Finding a balance between aesthetics and functionality

Address user goals and needs with emotional design

When designs evoke emotions, positive user experiences are born. Designers can connect with users on different cognitive levels—visceral, behavioral, and reflective—so that they associate positive feelings with products and brands.

As Don Norman, the Grand Old Man of User Experience, aptly put it, “Everything has a personality: everything sends an emotional signal. Even where this was not the intention of the designer, the people who view the website infer personalities and experience emotions.”

At the heart of emotional design is understanding the user’s needs and goals and using these insights to drive the design decisions. By ensuring that the design fulfills user needs and using aesthetics to further reinforce them, we can create meaningful emotional connections and provide enjoyable experiences to users.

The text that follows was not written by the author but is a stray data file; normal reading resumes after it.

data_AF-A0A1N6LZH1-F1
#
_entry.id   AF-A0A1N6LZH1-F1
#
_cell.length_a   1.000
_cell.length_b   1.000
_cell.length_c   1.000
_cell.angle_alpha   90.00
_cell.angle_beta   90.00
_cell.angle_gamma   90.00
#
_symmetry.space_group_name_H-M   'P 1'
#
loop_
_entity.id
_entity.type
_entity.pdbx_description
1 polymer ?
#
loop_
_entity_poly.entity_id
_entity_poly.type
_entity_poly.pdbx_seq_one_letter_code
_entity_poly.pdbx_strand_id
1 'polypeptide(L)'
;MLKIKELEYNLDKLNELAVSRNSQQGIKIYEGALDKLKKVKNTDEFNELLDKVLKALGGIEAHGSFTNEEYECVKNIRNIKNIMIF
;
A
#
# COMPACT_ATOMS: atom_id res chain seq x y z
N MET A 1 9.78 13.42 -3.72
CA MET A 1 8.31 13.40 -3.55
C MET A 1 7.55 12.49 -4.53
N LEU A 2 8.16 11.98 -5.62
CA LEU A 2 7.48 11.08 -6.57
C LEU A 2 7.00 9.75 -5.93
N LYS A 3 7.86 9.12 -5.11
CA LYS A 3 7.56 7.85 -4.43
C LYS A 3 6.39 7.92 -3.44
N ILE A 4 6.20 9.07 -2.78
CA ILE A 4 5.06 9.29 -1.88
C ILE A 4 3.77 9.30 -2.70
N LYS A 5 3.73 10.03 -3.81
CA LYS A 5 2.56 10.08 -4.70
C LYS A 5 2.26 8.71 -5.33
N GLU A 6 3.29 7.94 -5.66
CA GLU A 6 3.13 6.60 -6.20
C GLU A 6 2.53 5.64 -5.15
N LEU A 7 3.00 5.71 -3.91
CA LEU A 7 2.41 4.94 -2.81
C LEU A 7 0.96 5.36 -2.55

The pyramid of needs solved by emotional design
Image source

Assess user scenarios and find solutions

Assessing user scenarios and finding solutions to users’ problems is key to creating a design that works. Before diving into sketching or prototyping, it is essential to clearly understand the users and their problems. This understanding allows you to focus on the core functions and features your design should provide to meet the preferences and expectations of your target audience. By utilizing tools like personas, user stories, scenarios, and user journeys, you can define the problem accurately and provide the right UI/UX design services for businesses.

The example of user persona
A typical example of a User persona